What to make of such a claim? If one were grounded in “dream stuff” methodologies, one might ask for some convincing evidence of such a world (let’s call this thinker Churchland). To which Ramana might reply that it was impossible to actually transport such waking stuff into the dream world, since the very moment one attempts to do so it instantly transforms into dream material. Churchland, ever the skeptic, might then rejoinder that Ramana’s bold claims lack proof and as such warrant no further attention. Or, she might argue that Ramana’s waking excursions were just modifications of his own dream brain and that what he thought was higher and transcendent was neither, since his numinous experiences were the result of neural dream discharges within his own dream skull.
At this juncture, Ramana may argue that to see the proof of his claim one must be willing to do a most radical experiment. One must literally “die” to the dream state in order to properly access the waking state. When that happens, then Churchland will actually have the extraordinary evidence she demands. Of course, Churchland might balk at this suggestion since dream death seems a bit extreme to prove a point.
Churchland may persist and query Ramana again and say, “Why can’t you produce something in our present state of awareness which would give us confidence that your claims are true?” In addition, is it not possible that you are wrong, Ramana, since your recollection of the waking state must be recalled in and through your present dream brain?
How do you possibly know that that the dream brain couldn’t produce what you wrongly believe is higher?
Ramana may then point out that the certainty of any experiment rests upon an uninspected axiom: that the present form of awareness is somehow the best and final arbitrator of all other states of consciousness. Why this is so isn’t an ontological fact and if other super-luminal forms of awareness do exist then exploring them may help us contextualize our present dream state.
At this stage then Ramana could encourage Churchland to take up the experiment by practicing a method that he himself used. Using one’s own self-awareness ask what is the source of such luminosity. According to Ramana, that very inquiry will lead to a deep questioning of what one takes to be “real” and “permanent” and will eventually prompt one to emerge into the waking state, which itself is the larger context behind the dream world. In such an awakening, the erstwhile skeptic will immediately discover that dream stuff was not the real cause behind dreaming. Rather, it was a physical brain in a completely different state of awareness.
I didn’t exactly argue like this with Dr. Crosswhite. Rather, I merely took Ramana’s consciousness as first principle and argued accordingly, borrowing and creating thought analogies when appropriate.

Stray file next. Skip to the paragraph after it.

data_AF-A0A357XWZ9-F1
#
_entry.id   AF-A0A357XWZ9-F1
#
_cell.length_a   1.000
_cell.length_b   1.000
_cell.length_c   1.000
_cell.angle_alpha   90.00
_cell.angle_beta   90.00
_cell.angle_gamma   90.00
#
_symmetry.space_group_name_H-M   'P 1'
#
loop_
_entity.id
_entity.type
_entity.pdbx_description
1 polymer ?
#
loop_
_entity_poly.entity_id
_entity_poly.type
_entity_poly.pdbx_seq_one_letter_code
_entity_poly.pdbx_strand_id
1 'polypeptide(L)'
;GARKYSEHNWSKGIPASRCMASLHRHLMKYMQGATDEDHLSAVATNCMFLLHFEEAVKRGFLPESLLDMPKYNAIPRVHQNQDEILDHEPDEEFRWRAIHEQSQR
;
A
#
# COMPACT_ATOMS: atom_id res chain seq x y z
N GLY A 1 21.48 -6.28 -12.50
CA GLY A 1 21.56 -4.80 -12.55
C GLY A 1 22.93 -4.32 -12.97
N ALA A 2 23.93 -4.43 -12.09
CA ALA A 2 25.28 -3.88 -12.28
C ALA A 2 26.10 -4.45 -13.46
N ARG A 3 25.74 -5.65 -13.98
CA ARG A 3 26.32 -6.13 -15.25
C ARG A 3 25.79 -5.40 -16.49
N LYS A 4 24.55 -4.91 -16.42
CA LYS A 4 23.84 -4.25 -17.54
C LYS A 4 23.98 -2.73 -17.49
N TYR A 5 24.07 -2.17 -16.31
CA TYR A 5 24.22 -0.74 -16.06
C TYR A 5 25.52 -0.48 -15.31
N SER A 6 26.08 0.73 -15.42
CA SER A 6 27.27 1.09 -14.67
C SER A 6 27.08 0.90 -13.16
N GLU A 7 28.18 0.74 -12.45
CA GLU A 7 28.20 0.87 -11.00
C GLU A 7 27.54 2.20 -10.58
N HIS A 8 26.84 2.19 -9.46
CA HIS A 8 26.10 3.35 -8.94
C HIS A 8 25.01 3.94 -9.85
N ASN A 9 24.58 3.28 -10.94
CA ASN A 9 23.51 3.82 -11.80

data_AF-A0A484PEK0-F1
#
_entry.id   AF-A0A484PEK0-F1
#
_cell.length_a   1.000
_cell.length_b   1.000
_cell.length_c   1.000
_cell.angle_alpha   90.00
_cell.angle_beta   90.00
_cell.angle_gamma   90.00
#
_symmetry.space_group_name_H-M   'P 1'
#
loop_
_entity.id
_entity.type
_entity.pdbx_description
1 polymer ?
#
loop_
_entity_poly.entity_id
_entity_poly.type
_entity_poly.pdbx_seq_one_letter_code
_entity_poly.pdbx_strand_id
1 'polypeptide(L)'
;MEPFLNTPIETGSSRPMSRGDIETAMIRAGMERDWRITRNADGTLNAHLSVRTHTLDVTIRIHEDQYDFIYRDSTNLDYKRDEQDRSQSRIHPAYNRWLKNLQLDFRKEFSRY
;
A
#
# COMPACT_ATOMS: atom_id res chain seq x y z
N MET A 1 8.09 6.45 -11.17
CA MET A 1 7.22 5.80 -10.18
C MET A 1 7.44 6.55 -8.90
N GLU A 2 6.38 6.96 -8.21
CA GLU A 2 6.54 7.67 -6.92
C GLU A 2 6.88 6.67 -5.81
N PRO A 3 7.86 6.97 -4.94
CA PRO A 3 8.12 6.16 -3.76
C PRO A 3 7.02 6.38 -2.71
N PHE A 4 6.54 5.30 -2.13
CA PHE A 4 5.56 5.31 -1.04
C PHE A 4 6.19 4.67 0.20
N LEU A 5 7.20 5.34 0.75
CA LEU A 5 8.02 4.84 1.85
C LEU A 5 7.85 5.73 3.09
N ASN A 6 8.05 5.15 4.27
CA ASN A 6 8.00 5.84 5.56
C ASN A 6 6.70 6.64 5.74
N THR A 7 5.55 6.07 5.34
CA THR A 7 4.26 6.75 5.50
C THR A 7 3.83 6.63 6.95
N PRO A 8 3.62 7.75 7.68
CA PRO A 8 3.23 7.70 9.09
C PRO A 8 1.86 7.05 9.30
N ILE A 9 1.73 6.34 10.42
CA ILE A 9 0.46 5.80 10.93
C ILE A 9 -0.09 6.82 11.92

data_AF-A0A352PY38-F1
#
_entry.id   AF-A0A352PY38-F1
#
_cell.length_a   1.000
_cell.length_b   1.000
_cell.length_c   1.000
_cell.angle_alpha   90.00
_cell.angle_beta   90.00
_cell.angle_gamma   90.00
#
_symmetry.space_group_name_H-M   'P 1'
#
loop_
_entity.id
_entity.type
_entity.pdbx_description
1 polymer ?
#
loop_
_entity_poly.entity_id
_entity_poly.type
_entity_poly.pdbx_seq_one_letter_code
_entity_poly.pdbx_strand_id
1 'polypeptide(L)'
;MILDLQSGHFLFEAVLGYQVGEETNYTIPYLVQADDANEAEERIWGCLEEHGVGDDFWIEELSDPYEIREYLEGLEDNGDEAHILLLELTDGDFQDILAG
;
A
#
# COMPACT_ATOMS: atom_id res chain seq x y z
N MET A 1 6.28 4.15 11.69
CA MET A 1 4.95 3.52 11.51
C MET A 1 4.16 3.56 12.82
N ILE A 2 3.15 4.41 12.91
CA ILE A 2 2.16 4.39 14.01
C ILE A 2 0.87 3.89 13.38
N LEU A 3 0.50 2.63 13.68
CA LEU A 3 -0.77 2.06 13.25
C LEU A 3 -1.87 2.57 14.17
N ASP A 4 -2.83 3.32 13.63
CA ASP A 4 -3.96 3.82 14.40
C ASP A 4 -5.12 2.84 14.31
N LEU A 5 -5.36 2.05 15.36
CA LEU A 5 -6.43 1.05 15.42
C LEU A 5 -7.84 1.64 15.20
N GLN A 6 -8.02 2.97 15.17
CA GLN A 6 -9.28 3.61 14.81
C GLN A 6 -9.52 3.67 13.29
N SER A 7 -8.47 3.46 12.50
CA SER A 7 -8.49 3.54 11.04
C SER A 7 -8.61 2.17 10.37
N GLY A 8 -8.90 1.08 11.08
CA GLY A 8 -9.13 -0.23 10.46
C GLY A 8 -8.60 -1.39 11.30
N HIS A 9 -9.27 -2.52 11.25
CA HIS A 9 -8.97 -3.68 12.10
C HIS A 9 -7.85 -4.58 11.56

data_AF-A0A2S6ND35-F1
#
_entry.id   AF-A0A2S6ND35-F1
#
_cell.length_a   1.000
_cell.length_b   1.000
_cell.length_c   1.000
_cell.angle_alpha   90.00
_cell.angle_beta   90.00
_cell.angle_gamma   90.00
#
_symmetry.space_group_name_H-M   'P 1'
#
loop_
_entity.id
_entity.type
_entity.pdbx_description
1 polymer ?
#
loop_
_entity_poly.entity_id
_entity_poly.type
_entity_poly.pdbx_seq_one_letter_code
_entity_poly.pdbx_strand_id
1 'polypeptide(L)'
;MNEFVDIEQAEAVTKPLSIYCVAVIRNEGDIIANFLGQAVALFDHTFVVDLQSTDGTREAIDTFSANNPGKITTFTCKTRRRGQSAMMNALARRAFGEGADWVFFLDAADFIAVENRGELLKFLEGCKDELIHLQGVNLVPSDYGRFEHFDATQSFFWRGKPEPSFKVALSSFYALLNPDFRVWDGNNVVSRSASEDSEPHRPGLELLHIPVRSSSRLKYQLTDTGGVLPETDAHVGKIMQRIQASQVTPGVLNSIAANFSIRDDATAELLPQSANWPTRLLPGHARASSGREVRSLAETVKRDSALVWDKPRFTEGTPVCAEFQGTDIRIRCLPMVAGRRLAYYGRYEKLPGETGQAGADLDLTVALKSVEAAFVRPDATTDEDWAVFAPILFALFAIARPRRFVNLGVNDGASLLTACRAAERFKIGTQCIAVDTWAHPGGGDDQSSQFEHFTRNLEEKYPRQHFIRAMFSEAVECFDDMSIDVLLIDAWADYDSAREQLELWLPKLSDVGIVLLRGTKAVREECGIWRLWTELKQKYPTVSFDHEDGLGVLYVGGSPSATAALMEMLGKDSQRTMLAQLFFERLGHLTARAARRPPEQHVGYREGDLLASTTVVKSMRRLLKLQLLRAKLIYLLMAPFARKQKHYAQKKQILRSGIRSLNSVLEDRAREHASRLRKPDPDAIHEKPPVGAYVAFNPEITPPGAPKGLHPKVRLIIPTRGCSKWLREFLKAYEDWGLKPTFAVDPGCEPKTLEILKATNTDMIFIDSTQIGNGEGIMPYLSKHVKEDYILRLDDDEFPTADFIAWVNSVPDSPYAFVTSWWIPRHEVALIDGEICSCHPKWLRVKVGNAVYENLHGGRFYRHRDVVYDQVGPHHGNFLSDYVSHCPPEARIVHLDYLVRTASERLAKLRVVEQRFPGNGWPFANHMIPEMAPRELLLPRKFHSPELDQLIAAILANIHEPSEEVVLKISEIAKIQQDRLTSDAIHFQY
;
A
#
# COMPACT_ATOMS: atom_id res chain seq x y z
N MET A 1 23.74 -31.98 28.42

The gist of my argument was that saying everything was caused by the physical brain may appear to be perfectly sensible in this present waking state awareness, but may in truth be completely wrong if indeed there were higher states of awareness in which this and other states were subsumed.
More precisely, even if a purely materialist position absolutely convinced us that matter and only matter gave rise to our self-awareness, we could still be quite mistaken. The dream analogy or Fritz Staal’s three ants in a room analogy or Plato’s allegory of the cave or Edwin Abbot’s Flatland all address, to varying degrees, the idea of a multi-dimensionality to consciousness. The waking state does indeed seem certain until we fall asleep. Likewise, a lucid dream appears real until we wake up. If that is the case with two states, is it really that unreasonable to think of a third or a fourth state that would show the relativity of our present state?
I think I was convinced of Ramana’s reasoning and the efficacy of the interior search from an early age (I first read Yogananda’s Autobiography of a Yogi when I was eleven years ago) and because of that was well acquainted with how certain schools of Indian philosophy might counteract skeptical inquiries. I started practicing yoga and meditation when I was barely 12 years old so I had some acquaintance with the varying techniques and methods that certain Indian school advocated. I was also quite familiar with monastic spirituality in Christianity and Roman Catholicism, especially the more mystical writings of Nicholas of Cusa, St. Teresa of Avila, St. John of the Cross, Richard Rolle, Walter Hilton, and the pseudonymous author of the Russian classic, The Way of a Pilgrim.
But arguing with conviction (and I certainly was convinced by my own personal epiphanies) is also a pathway fraught with all sorts of dangers, not the least of which is conflating one’s mystical encounters with ultimate truths.